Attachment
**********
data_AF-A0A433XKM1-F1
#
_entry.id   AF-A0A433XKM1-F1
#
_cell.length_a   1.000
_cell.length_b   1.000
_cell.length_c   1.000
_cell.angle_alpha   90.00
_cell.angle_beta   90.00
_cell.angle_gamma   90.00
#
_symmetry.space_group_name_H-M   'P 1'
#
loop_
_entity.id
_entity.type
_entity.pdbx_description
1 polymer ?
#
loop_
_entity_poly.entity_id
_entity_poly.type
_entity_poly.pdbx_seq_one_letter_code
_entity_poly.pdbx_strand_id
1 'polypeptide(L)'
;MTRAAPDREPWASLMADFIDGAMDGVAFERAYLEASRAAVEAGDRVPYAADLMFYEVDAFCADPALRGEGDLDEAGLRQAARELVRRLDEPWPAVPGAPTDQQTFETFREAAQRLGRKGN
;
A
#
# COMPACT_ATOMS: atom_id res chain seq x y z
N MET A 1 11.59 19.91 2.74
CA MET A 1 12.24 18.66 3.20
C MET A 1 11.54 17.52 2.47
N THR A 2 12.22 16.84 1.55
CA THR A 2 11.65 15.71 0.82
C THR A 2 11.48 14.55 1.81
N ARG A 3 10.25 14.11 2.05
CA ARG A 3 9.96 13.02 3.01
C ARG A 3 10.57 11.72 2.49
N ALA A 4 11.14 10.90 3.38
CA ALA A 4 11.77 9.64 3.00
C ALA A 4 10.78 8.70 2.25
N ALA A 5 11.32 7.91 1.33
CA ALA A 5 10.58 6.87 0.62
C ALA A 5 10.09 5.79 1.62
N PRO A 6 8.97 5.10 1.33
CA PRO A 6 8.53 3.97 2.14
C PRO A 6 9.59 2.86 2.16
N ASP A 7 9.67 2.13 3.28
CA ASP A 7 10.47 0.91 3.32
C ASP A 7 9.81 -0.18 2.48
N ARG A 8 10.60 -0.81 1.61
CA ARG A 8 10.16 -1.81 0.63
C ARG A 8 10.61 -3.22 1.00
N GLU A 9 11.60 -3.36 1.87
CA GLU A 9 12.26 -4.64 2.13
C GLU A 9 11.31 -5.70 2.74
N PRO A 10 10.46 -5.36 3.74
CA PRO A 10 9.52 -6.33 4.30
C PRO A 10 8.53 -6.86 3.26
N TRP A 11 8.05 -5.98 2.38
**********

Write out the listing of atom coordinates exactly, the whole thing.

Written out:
data_AF-A0A433XKM1-F1
#
_entry.id   AF-A0A433XKM1-F1
#
_cell.length_a   1.000
_cell.length_b   1.000
_cell.length_c   1.000
_cell.angle_alpha   90.00
_cell.angle_beta   90.00
_cell.angle_gamma   90.00
#
_symmetry.space_group_name_H-M   'P 1'
#
loop_
_entity.id
_entity.type
_entity.pdbx_description
1 polymer ?
#
loop_
_entity_poly.entity_id
_entity_poly.type
_entity_poly.pdbx_seq_one_letter_code
_entity_poly.pdbx_strand_id
1 'polypeptide(L)'
;MTRAAPDREPWASLMADFIDGAMDGVAFERAYLEASRAAVEAGDRVPYAADLMFYEVDAFCADPALRGEGDLDEAGLRQAARELVRRLDEPWPAVPGAPTDQQTFETFREAAQRLGRKGN
;
A
#
# COMPACT_ATOMS: atom_id res chain seq x y z
N MET A 1 11.59 19.91 2.74
CA MET A 1 12.24 18.66 3.20
C MET A 1 11.54 17.52 2.47
N THR A 2 12.22 16.84 1.55
CA THR A 2 11.65 15.71 0.82
C THR A 2 11.48 14.55 1.81
N ARG A 3 10.25 14.11 2.05
CA ARG A 3 9.96 13.02 3.01
C ARG A 3 10.57 11.72 2.49
N ALA A 4 11.14 10.90 3.38
CA ALA A 4 11.77 9.64 3.00
C ALA A 4 10.78 8.70 2.25
N ALA A 5 11.32 7.91 1.33
CA ALA A 5 10.58 6.87 0.62
C ALA A 5 10.09 5.79 1.62
N PRO A 6 8.97 5.10 1.33
CA PRO A 6 8.53 3.97 2.14
C PRO A 6 9.59 2.86 2.16
N ASP A 7 9.67 2.13 3.28
CA ASP A 7 10.47 0.91 3.32
C ASP A 7 9.81 -0.18 2.48
N ARG A 8 10.60 -0.81 1.61
CA ARG A 8 10.16 -1.81 0.63
C ARG A 8 10.61 -3.22 1.00
N GLU A 9 11.60 -3.36 1.87
CA GLU A 9 12.26 -4.64 2.13
C GLU A 9 11.31 -5.70 2.74
N PRO A 10 10.46 -5.36 3.74
CA PRO A 10 9.52 -6.33 4.30
C PRO A 10 8.53 -6.86 3.26
N TRP A 11 8.05 -5.98 2.38